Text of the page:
Recommended Beginner Film for the Canon EOS Elan 7N (EOS 33V)

By Nathaniel Stephan
Last Updated: March 2, 2020
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35mm Film To Use

The best film to use in the Canon Elan 7N will be based on the lens, available light, and type of film you want to shoot.

Taking advantage of an ISO 400 film or faster will let you eliminate needing to haul around a flash and/or tripod.

Make sure you have a fast lens if you want to take images in low light, conditions that are often encountered indoors.

Color Film

Consumer

Consumer 35mm Color Negative Film

Kodak UltraMax 400 - A fantastic option for a wide range of lighting conditions. Using Kodak UltraMax 400 you should have the ability to handhold the Elan 7N in the majority of circumstances.

The photographs will have wonderful colors and tend to be on the warm side.

Fujifilm Superia X-TRA ISO 400 - An alternative to Kodak that could have far better availability depending on where you are in the world.

In comparison to Kodak, Fujifilm appears to be a bit cooler with stronger blues and greens.

Lomography 800 - If you want an ISO 800 color film, there are not many choices. For 35mm film geared towards consumers, Lomography 800 is the only available choice.

In addition, if you own a medium format camera, it's also offered in 120 film format.

Kodak Gold 200 - A staple film that was launched in the mid-1980s. It produces the look and feel of family snapshots from the 80s and 90s. For the classic experience use a flash.

Over-expose it by 1 or 2-stops to create the best the film can achieve. This will give you the striking colors people love Kodak Gold for.

Professional

Kodak Portra 400 ISO Color Negative 35mm Film

Kodak Portra 400 - By far the most popular color negative film among film shooting enthusiasts online. Overexpose it by 1 or 2-stops to get the color the film is known for.

There's also ISO 800 and ISO 160 versions of Portra. As well as in rolls of 120, 4x5 sheets, and 8x10 sheets.

Fujifilm Fujicolor Pro 400H - The Fujifilm emulsion that is closest to Kodak Portra 400, but with "Fuji colors." Expect stronger greens and blues.

Sheets of 8x10 or 4x5 film aren't produced, but 120 film is available.

Black and White Film

Consumer

These film emulsions have reasonable costs and very good quality, making them very popular to try in the Canon Elan 7N.

The largest attraction for budget-minded photographers and photography students is the very low price. Even if you don't put yourself in those groups, it's nice to have relatively cheap rolls of film readily available for evaluating recently delivered used cameras.

Consumer Black & White 35mm Film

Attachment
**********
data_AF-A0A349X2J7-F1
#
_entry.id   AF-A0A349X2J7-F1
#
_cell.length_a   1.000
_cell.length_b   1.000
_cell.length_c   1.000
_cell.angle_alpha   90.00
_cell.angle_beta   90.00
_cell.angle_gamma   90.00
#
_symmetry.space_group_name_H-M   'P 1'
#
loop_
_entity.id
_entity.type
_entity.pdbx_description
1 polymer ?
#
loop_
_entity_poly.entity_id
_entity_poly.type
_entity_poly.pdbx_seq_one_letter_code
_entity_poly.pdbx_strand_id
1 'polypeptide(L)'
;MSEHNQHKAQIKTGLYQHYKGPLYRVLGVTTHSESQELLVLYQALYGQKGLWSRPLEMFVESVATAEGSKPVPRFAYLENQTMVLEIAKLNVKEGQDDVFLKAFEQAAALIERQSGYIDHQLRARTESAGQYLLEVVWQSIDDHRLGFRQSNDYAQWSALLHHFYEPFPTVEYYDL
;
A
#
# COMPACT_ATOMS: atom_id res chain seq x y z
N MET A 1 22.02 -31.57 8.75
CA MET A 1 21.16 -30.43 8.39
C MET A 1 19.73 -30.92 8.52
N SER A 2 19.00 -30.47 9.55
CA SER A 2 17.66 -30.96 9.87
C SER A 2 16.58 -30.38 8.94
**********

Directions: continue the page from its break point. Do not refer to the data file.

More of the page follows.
Kentmere 400 - It's manufactured by the parent company of Ilford, Harmon Technology. This is notable considering that makes this the most broadly sold film of the three.

Foma Fomapan 400 Action - Might be easier to get in Europe as the film is produced by Foma Bohemia inside of the Czech Republic.

An ideal film to choose for your initial few attempts at home developing or film photography. Also, a good choice if you're trying out a camera to be sure that it's operating properly.

Ultrafine eXtreme 400 - You can get the cheapest price by ordering it straight from Ultrafine.

They distribute chemical developer kits for 35mm film, so if you process film at home you might have previously had interactions with them.

Professional

Kodak Tri-X 400 and Ilford HP-5+ 400 are the 2 most commonly used black & white film emulsions. They do have a lot of qualities in common that makes them so well-liked while preserving different styles.

You can still get good results after pushing both film stocks 2-stops. This makes the film versatile as a roll can be shot at ISO 400, 800, or 1600.

Box of Ilford HP5 Plus ISO 400 35mm Black & White Film

Ilford HP5 Plus 400 - The most important differences are that HP5 Plus has lower levels of contrast and is more affordable when compared to Tri-X. Lower levels of contrast can be advantageous because contrast can be changed when making a print or during digital processing.

The film emulsion still appears great when pushed 2-stops. It is also notable for having a subtle grain.

Kodak Tri-X 400 35mm Film

Kodak Tri-X 400 - This film stock provides a more distinctive aesthetic. To achieve the old-school grain structure, contrast, and look of the film, it will need to be processed in D-76.

You'll undeniably see considerably more contrast with this film emulsion. That is ideal if that is the overall look you want to have because it involves substantially less work when editing digitally or printmaking.

Transparency Film

Films that create a positive image are known as transparency, reversal, or slide film. That means a lightbox or projector can be used to display the photos.

Colors don't need to be inverted to be viewed, unlike the more readily available negative film stocks.

Slide films are believed to be hard to use because slide film has far less dynamic range and latitude when compared with negative film.

Kodak Ektachrome 100 35mm Film

Kodak Ektachrome 100 - This is a film known for fine grain and exquisite skin tones. The colors don't look oversaturated. The film has been color balanced for daylight.

Fujifilm Velvia 50 - Provides appealing looking photographs that have elevated levels of contrast and saturation. It is razor-sharp with a daylight color balance. Matched against all the reversal films you can buy, it has the highest resolving power.